North

Record number of vessels take part in 21st Yukon River Quest

A record number of teams hit the water in Whitehorse on Wednesday for the 21st annual Yukon River Quest.

Competitors travelling in kayaks, canoes and stand-up paddleboards

Teams prepare at the start line of the Yukon River Quest in Whitehorse on Wednesday. (Philippe Morin/CBC)

A record number of teams hit the water in Whitehorse on Wednesday for the 21st annual Yukon River Quest.

This year, 117 vessels set forth on the 715-kilometre marathon down the Yukon River to Dawson City, breaking the record number of teams set last year with 106.

Paddlers have from noon Wednesday until 9 p.m. on Saturday to complete the competition, dubbed the "world's longest annual paddling race." 

"The start went pretty well," said Peter Coates, president of the Yukon River Marathon Paddling Association, the group behind the river quest. "There were no issues with boat inspections, no dramas."

Coates said times were a little slow at the start of the race, because water levels are low, "but that doesn't mean anything at this stage."

Canoes, kayaks and stand-up paddleboards — and individuals, pairs and larger teams — are eligible for the gruelling race. Stand-up paddleboards are a newer addition to the competition, and there are 10 in this year's race.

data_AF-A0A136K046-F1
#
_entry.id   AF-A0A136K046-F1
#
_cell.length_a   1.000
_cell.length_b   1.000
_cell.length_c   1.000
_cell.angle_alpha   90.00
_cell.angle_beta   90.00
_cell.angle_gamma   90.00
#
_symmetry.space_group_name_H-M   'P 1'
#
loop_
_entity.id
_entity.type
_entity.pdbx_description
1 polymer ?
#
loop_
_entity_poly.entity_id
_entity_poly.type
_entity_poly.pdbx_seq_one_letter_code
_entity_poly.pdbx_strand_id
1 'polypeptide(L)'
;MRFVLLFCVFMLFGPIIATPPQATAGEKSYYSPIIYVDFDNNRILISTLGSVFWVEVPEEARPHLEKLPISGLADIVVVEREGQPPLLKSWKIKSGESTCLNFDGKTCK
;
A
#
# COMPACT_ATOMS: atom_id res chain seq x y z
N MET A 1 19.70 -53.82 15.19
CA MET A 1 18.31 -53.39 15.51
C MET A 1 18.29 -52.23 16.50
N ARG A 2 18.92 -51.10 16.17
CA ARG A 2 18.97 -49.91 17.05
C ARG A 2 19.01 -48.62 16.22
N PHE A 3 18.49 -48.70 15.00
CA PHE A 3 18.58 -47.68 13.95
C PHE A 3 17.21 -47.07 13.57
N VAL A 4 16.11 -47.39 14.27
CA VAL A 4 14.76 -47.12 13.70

Bart de Zwart of Hawaii is a three-time champion in the stand-up paddleboard division. He's back for a fourth title this year.

"Almost everybody, even the fastest teams, they have some point where they're saying, like, 'Why did you sign up for this?' And, 'It's hard,' and, 'I'm tired and my muscles hurt,'" he said. 

"It's a mental thing. You have to be physically good, but mentally, you have to be stronger."

Seven-year-old Max Labelle, left, and nine-year-old Bree Labelle with their mother, Rachelle Zral at the start line of the Yukon River Quest on Wednesday. Zral is with Paddlers Abreast, a team of breast cancer survivors. (Philippe Morin/CBC)

Rachelle Zral is racing with Paddlers Abreast, a team of breast cancer survivors. She was at the starting line with her children, Bree and Max Labelle.

This is Zral's second time competing in the river quest. She finished treatment for cancer two years ago and raced for the first time last year.

Zral said she is paddling to show people that there is "life after cancer."

Racing has been an important part of her recovery, she said.

"Being amongst these people, these women of Paddlers Abreast, has been honestly the biggest moment in the healing journey from cancer," said Zral, fight back tears. "Being around strong women who have been through something, who so intimately understand — it has been life-changing."

Awards will be presented in Dawson City on Sunday.

Written by Sidney Cohen, with files from Philippe Morin

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